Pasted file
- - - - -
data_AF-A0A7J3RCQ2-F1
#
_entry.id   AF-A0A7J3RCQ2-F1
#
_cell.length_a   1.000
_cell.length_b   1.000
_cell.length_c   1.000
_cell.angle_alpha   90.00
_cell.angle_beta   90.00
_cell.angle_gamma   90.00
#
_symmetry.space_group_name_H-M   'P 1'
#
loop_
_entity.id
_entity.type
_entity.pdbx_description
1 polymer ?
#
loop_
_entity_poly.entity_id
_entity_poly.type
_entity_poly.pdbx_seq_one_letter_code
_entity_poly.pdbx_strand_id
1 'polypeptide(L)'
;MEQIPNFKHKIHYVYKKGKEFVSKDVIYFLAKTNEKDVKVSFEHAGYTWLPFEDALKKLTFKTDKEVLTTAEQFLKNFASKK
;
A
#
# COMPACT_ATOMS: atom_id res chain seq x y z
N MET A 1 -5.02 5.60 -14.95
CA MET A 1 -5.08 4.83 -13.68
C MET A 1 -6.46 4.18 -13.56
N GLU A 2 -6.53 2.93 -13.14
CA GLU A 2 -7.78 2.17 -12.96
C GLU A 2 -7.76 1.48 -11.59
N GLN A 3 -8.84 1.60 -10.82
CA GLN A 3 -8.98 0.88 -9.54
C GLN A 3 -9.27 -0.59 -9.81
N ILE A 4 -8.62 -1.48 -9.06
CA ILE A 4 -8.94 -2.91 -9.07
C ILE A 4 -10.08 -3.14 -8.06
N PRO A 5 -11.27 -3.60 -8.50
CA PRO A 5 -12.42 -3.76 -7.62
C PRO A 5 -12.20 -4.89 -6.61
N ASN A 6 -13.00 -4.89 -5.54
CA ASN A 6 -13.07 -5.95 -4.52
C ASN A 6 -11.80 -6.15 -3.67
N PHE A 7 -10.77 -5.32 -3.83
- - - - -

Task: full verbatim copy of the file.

data_AF-A0A7J3RCQ2-F1
#
_entry.id   AF-A0A7J3RCQ2-F1
#
_cell.length_a   1.000
_cell.length_b   1.000
_cell.length_c   1.000
_cell.angle_alpha   90.00
_cell.angle_beta   90.00
_cell.angle_gamma   90.00
#
_symmetry.space_group_name_H-M   'P 1'
#
loop_
_entity.id
_entity.type
_entity.pdbx_description
1 polymer ?
#
loop_
_entity_poly.entity_id
_entity_poly.type
_entity_poly.pdbx_seq_one_letter_code
_entity_poly.pdbx_strand_id
1 'polypeptide(L)'
;MEQIPNFKHKIHYVYKKGKEFVSKDVIYFLAKTNEKDVKVSFEHAGYTWLPFEDALKKLTFKTDKEVLTTAEQFLKNFASKK
;
A
#
# COMPACT_ATOMS: atom_id res chain seq x y z
N MET A 1 -5.02 5.60 -14.95
CA MET A 1 -5.08 4.83 -13.68
C MET A 1 -6.46 4.18 -13.56
N GLU A 2 -6.53 2.93 -13.14
CA GLU A 2 -7.78 2.17 -12.96
C GLU A 2 -7.76 1.48 -11.59
N GLN A 3 -8.84 1.60 -10.82
CA GLN A 3 -8.98 0.88 -9.54
C GLN A 3 -9.27 -0.59 -9.81
N ILE A 4 -8.62 -1.48 -9.06
CA ILE A 4 -8.94 -2.91 -9.07
C ILE A 4 -10.08 -3.14 -8.06
N PRO A 5 -11.27 -3.60 -8.50
CA PRO A 5 -12.42 -3.76 -7.62
C PRO A 5 -12.20 -4.89 -6.61
N ASN A 6 -13.00 -4.89 -5.54
CA ASN A 6 -13.07 -5.95 -4.52
C ASN A 6 -11.80 -6.15 -3.67
N PHE A 7 -10.77 -5.32 -3.83